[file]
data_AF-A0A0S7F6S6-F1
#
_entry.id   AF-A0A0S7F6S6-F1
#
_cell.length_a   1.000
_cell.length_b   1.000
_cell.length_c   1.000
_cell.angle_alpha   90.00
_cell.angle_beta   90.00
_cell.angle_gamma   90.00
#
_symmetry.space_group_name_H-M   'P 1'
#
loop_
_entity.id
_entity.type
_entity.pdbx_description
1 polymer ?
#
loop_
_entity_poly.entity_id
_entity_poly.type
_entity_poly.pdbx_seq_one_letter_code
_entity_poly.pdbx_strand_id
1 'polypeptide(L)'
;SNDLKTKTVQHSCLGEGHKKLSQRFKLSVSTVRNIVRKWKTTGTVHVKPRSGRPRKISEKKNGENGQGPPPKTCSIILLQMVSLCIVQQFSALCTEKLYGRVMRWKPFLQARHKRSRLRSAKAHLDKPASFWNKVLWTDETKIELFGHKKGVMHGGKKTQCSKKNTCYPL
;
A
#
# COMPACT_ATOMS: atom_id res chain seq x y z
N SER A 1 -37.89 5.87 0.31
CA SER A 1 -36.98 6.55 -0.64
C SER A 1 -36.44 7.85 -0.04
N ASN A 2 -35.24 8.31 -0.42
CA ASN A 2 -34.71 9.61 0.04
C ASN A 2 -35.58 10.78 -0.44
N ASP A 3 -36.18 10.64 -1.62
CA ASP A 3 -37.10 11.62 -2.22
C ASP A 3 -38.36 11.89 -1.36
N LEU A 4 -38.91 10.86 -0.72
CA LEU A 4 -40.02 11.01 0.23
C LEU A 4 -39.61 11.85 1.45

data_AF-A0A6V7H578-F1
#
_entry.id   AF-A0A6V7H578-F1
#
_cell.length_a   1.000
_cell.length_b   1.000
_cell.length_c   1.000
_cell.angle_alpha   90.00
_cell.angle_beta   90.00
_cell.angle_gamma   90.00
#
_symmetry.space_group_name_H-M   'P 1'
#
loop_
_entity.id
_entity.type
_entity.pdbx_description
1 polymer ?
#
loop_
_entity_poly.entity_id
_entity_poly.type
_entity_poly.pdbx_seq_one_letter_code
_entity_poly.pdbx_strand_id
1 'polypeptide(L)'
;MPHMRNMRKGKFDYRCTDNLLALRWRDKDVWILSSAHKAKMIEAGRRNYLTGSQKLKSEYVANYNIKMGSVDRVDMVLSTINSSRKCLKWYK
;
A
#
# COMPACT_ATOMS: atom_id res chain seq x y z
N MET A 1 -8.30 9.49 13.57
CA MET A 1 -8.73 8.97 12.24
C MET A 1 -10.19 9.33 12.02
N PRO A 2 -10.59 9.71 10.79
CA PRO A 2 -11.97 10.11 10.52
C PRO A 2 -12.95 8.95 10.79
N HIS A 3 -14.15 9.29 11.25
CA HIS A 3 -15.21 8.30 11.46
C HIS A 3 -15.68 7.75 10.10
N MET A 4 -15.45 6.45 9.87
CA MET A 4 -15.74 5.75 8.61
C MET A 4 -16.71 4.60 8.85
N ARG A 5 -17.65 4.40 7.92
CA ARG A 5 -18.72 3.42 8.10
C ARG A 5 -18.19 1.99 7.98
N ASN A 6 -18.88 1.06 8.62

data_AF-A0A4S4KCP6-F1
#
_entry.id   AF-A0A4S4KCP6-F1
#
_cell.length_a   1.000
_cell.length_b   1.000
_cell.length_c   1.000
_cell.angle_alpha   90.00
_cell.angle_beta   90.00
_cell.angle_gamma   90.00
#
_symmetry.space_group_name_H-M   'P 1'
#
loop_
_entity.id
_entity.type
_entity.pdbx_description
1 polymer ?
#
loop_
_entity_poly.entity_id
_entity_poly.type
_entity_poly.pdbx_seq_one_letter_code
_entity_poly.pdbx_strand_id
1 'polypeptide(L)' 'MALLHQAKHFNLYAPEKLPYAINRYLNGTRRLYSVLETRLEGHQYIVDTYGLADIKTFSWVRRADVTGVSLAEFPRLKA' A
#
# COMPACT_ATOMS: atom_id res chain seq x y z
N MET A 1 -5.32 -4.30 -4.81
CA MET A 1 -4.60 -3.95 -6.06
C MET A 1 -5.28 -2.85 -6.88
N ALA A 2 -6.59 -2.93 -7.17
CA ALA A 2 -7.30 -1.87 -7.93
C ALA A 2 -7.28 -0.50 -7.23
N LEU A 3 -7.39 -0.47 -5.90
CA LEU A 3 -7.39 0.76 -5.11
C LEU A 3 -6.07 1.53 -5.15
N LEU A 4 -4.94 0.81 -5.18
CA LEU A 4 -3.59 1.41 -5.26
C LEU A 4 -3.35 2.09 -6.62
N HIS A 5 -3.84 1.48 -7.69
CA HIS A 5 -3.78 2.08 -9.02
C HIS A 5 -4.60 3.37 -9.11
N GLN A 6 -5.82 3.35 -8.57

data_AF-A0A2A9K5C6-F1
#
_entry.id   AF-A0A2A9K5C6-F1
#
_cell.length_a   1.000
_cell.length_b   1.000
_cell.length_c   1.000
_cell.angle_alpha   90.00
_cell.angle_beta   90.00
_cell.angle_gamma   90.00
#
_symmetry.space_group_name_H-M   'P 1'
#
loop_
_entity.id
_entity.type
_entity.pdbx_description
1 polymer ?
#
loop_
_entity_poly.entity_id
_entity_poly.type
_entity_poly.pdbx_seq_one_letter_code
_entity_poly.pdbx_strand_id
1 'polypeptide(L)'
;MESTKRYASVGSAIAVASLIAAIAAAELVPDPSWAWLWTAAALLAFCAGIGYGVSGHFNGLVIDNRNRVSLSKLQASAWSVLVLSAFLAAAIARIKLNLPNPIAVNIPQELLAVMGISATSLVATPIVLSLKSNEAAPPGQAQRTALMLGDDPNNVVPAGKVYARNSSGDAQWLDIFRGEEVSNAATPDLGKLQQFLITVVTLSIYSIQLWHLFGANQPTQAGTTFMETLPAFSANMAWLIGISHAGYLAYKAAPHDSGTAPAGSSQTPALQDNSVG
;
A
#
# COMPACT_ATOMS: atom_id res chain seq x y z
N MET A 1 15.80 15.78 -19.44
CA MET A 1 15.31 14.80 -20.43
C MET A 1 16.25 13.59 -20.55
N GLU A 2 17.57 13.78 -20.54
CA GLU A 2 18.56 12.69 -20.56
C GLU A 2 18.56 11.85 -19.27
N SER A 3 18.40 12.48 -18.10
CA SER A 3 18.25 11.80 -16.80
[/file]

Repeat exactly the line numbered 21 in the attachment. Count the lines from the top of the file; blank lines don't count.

_entity_poly.entity_id